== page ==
We're In Love Again – Harry Carney
Harry Carney wrote the perfect feature for his extraordinary sound with this romantic ballad. The debut recording featured a string arrangement by Gerald Wilson.
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- Recording: Harry Carney - Harry Carney With Strings
- Recorded on: December 13-14, 1954
- Label: Clef (MGC 640)
- Concert Key: E-flat
- Vocal Range: , to
- Style: Ballad
- Baritone Sax - Harry Carney
- Trumpet - Ray Nance
- French Horn - Tony Miranda
- Clarinet - Jimmy Hamilton
- Violin - Mac Ceppos, Martin Donegan, Ben Gerrard, Gene Orloff, Sylvan Shulman, Zelly Smirnoff
- Viola - Howard Kay, Isadore Zir
- Cello - Sidney Edwards, Alan Shulman
- Harp - Doris Johnson
- Guitar - Billy Bauer
- Piano - Leroy Lovett
- Bass - Wendell Marshall
- Drums - Louie Bellson
This arrangement has a four-measure intro. Harry plays the first A section in his lowest register, and the rest of the melody an octave higher. The first chorus is followed by another A section in the key of G, which starts unexpectedly after only seven measures of the C section. The first four measures of this section are played by baritone sax and clarinet two octaves apart, with strings harmonizing in the middle; Harry takes over for the rest of the melody here. After this section is another bridge and C section back in the original key; Harry solos on the bridge (staying close to the melody) and plays the out C section melody low at first and ending high. A six-measure coda starting on the last measure of the head is shown in the lead sheet. The arrangement ends on an unexpected E♭m6 chord.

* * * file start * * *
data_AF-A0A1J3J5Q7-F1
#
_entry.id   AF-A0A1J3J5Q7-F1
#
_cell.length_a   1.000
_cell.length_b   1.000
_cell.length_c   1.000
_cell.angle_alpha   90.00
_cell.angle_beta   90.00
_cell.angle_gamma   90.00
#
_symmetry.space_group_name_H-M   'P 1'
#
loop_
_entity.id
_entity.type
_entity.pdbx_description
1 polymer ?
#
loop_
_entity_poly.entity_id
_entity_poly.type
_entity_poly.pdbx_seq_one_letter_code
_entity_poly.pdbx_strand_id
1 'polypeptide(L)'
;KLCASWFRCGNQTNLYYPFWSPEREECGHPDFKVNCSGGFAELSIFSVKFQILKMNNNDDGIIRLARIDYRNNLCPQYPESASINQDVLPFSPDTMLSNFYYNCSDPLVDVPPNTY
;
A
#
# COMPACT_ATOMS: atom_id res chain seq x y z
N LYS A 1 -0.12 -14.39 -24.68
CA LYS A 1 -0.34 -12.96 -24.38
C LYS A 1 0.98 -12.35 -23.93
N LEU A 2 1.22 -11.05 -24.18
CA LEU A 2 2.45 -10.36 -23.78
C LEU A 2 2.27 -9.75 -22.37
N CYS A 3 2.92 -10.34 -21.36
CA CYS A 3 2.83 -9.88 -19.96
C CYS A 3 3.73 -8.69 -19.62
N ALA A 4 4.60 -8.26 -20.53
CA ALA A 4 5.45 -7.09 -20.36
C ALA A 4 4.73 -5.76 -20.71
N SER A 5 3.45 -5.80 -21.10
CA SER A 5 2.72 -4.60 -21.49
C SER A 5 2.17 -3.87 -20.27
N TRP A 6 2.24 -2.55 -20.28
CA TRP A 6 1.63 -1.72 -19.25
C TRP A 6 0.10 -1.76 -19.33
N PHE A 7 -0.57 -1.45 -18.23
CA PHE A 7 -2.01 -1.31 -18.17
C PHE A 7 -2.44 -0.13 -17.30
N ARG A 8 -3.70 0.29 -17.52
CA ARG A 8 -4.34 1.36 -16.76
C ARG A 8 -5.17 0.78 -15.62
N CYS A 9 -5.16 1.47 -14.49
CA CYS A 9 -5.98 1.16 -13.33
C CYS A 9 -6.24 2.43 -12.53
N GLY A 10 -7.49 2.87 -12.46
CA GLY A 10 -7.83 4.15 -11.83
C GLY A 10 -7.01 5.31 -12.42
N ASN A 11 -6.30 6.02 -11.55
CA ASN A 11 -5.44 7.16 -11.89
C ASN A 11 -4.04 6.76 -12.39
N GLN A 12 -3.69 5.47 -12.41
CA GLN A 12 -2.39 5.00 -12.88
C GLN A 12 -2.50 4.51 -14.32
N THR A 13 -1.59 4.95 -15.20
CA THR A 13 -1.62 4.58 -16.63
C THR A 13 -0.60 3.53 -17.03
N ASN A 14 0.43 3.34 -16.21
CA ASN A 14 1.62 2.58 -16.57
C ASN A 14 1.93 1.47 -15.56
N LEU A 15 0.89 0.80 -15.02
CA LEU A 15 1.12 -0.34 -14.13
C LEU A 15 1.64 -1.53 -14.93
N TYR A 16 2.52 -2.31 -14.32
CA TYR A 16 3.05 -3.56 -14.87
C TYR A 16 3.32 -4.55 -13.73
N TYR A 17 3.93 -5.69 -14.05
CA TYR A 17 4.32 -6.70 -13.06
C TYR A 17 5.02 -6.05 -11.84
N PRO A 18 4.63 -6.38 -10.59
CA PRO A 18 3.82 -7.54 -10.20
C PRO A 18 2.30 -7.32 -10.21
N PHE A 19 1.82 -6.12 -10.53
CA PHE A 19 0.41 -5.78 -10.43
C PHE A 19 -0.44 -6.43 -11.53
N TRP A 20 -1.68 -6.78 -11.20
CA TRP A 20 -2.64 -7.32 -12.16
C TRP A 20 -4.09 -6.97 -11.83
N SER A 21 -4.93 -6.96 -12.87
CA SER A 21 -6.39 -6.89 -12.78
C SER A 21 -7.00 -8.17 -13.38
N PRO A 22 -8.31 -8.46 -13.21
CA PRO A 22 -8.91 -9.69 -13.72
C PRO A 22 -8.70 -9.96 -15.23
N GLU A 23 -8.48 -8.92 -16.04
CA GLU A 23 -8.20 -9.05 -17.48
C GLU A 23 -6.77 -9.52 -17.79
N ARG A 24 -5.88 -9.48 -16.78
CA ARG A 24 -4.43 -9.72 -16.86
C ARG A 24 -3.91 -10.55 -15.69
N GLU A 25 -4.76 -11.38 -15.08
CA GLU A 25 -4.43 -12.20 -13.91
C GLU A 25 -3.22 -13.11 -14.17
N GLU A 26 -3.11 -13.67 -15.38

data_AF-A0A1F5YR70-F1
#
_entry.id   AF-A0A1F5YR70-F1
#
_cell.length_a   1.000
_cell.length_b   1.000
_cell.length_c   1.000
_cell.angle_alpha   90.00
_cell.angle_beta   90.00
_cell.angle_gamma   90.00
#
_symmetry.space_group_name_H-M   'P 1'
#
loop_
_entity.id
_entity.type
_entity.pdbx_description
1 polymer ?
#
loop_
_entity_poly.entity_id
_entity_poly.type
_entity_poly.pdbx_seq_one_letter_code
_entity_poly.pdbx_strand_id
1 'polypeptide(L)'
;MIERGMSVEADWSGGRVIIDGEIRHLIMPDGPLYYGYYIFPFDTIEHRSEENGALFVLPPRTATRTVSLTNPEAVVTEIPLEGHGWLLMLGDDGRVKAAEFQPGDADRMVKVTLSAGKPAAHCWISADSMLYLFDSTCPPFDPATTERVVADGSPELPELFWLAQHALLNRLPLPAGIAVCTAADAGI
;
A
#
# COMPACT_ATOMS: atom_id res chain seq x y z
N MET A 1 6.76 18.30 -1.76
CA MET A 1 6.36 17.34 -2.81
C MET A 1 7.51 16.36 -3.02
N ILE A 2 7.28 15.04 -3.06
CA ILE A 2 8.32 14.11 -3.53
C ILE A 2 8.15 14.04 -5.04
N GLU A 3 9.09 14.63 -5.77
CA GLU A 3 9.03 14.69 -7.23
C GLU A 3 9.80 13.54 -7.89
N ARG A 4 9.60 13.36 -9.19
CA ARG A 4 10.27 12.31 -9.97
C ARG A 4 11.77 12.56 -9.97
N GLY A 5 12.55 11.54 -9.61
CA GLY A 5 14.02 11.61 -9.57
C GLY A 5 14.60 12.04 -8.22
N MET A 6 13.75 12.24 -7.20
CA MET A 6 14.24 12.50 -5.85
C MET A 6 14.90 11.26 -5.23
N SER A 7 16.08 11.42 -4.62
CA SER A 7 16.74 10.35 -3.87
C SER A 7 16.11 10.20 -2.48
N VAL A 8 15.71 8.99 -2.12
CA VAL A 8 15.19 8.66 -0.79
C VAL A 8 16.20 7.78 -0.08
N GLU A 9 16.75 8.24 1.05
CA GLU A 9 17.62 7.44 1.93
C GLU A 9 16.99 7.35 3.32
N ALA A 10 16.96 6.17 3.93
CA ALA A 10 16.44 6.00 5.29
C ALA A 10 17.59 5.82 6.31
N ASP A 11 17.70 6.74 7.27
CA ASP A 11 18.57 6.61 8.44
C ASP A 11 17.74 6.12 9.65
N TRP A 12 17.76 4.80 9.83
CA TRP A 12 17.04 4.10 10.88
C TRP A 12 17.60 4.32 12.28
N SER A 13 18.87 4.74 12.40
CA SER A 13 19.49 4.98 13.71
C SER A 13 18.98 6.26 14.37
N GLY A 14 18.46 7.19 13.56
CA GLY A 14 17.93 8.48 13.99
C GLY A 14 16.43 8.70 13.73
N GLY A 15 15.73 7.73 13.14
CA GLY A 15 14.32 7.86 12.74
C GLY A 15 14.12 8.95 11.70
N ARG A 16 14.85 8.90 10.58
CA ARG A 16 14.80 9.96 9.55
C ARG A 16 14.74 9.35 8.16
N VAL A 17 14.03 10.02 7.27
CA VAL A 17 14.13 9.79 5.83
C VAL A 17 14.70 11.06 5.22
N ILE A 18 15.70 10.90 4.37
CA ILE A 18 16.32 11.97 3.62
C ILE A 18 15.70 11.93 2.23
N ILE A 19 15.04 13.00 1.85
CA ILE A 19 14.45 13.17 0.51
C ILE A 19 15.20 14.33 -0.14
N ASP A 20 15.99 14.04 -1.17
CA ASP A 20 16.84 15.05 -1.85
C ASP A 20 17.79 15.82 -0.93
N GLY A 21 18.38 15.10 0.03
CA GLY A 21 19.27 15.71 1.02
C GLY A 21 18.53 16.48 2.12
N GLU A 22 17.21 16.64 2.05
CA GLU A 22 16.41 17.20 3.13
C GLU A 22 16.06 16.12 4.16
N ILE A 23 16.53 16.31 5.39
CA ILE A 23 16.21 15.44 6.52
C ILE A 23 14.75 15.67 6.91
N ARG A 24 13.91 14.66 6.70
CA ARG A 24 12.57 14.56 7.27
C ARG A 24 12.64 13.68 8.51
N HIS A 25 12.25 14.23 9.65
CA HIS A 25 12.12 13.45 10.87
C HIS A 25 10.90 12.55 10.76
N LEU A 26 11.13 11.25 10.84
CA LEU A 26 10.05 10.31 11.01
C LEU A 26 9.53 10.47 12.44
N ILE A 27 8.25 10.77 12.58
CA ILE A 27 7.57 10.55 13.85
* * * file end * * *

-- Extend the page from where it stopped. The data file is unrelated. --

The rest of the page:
A Melody Transcription is available for the entire track, for all editions. This transcription shows all the articulations and dynamics. Dynamic contrast is an essential element of Carney's (and many other Ellingtonians') ballad playing. Not only good for learning expression, but a nice sight reading exercise.
April 1, 1910 – October 8, 1974
Harry Carney is widely revered as the first important voice on the baritone saxophone. Best known for his association with Duke Ellington, he arguably did more than any other band member to define the Ellington sound. He certainly had the longest run of any sideman in the Ellington band. Read more...